Salem, Oregon is home to four independent breweries and each has its own story and methods of differentiation. Today, we’re going to focus on Salem’s second oldest active independent brewery, Santiam Brewing.
You can’t tell the story of Santiam Brewing without talking about the founders who came together to create the now well-respected Salem brewing institution.
One co-founder’s story
To hear the story, I had the opportunity to sit down with co-founder and sales lead Matt Killikelly, originally from New York. Matt has a long-time love of beer and has a home brewing hobby that dates back to the 90’s. During his time in New York, he dreamed of owning a brewery and working full time in the beer industry. However, with a day job anchored in mortgage lending, he dabbled in home brewing until the housing crisis of 2008 caused the family to lose nearly everything.
It was then Matt and his wife Jennifer moved their young family to Oregon in a pursuit of the brewing dream. Matt settled in Salem and began to work within the beer scene in Oregon’s capital city and become a member of local homebrew clubs. Matt immersed himself in the brewing world by judging home-brew competitions, reviewing beers he’d buy from Capital Market on 12th Street in Salem, and home-brewing in cooperation with other brewers here in the city.
To achieve a formal education, Matt also enrolled in Siebel Institute online brewing classes and took classes at Chemeketa Community College as well. There he met Jerome Goodrow, who would eventually become Santiam’s head brewer.
Matt pounded the pavement in and around Salem. He quickly learned that the brewing community is very insular and can be hard to break into as a newcomer. Also, working as a brewer at a typical micro-brewery is a position that doesn’t pay enough to support a family. There are many young brewers and interns looking to gain experience and as a result, compensation can be low. Matt realized he needed to figure out a way to achieve ownership in a brewery.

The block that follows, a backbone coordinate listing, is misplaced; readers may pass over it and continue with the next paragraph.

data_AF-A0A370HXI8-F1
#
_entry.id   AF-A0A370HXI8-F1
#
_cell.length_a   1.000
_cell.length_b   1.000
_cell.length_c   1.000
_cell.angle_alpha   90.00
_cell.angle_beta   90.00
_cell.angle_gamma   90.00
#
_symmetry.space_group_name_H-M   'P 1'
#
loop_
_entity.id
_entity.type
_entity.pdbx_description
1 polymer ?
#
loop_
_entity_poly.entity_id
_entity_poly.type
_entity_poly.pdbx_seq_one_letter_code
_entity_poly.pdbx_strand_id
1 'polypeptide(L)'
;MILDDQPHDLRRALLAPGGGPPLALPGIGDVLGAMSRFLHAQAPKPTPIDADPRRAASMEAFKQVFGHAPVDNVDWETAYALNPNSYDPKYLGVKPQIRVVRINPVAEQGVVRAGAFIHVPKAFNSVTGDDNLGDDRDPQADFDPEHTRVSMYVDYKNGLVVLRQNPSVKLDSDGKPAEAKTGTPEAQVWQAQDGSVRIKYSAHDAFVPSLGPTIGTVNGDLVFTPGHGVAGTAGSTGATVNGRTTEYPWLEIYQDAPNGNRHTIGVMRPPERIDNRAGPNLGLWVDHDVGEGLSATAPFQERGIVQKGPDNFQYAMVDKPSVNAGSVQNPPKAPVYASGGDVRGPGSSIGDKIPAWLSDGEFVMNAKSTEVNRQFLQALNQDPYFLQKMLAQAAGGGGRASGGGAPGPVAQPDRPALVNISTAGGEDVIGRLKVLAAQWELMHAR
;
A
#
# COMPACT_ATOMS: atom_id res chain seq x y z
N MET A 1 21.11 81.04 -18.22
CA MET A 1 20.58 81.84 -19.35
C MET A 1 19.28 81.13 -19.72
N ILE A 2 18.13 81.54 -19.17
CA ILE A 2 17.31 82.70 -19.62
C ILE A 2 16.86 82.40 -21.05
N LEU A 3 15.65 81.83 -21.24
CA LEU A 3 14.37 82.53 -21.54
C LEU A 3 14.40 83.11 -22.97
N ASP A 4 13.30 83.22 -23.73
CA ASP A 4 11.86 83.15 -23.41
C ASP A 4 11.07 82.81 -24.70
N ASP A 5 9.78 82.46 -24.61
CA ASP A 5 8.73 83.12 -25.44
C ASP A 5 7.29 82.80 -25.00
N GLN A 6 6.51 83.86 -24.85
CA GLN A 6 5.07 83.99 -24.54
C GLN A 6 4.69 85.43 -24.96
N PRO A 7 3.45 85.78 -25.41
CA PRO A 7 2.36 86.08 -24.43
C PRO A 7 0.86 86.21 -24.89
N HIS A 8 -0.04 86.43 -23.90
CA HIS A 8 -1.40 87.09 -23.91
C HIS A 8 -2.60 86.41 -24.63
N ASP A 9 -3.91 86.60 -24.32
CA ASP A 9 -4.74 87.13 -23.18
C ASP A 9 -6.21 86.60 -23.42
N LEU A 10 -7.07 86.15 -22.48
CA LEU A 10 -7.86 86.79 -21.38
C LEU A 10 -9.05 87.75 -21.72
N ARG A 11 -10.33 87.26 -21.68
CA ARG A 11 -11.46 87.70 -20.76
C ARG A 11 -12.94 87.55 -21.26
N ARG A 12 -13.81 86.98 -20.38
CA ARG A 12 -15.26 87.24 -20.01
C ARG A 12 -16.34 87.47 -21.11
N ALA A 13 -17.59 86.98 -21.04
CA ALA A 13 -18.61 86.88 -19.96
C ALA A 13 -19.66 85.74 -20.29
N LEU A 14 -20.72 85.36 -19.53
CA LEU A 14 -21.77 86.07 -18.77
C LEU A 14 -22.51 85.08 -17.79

Matt told me the story of trying to find work as an intern brewer, in which he was offering or very cheap labor to a brewery in exchange for mentorship and work experience. In his search from Corvallis to Portland, he only got one call back. His search was fruitless.
Through hard work and a roller derby connection with Dino Venti, a restaurateur in Salem, Oregon, Matt became active in Venti’s restaurant’s beer curators and established himself as a thought leader in the Salem brewing scene. Also during Matt’s constant hustle, he met Ian Croxall, a British ex-pat, who routinely hosted an event dubbed “Choir Practice”. However, no singing ever at the get-togethers – ‘choir practice’ was a weekly meetup for these hop heads to discuss and evaluate beer. It was out of a practice that the idea to start their own brewery was first initiated.
Santiam Brewing is born
Quickly, Matt made close friends with these beer nuts turned hops analysts that he’d eventually found Santiam Brewing with.
With a total of 9 initial investors, each putting forth $5,000 for a total of $45,000 seed capital money, Santiam Brewing was born in 2012. Typically, to start a brewery effectively, experts say $250,000 is needed to give the brewery a fighting chance. While Santiam didn’t start with a large cash store, the founders each brought expertise and drive that has made the venture grow steadily from the beginning. In the founding group, individuals emerged that brought forward talents to help establish the business. Experts in finance, management, brewing, sales and so forth came forward to help out in the business.
Out of the 9 co-founders, 4 individuals are most involved with the daily operations of Santiam Brewing.
Santiam Brewing’s lineup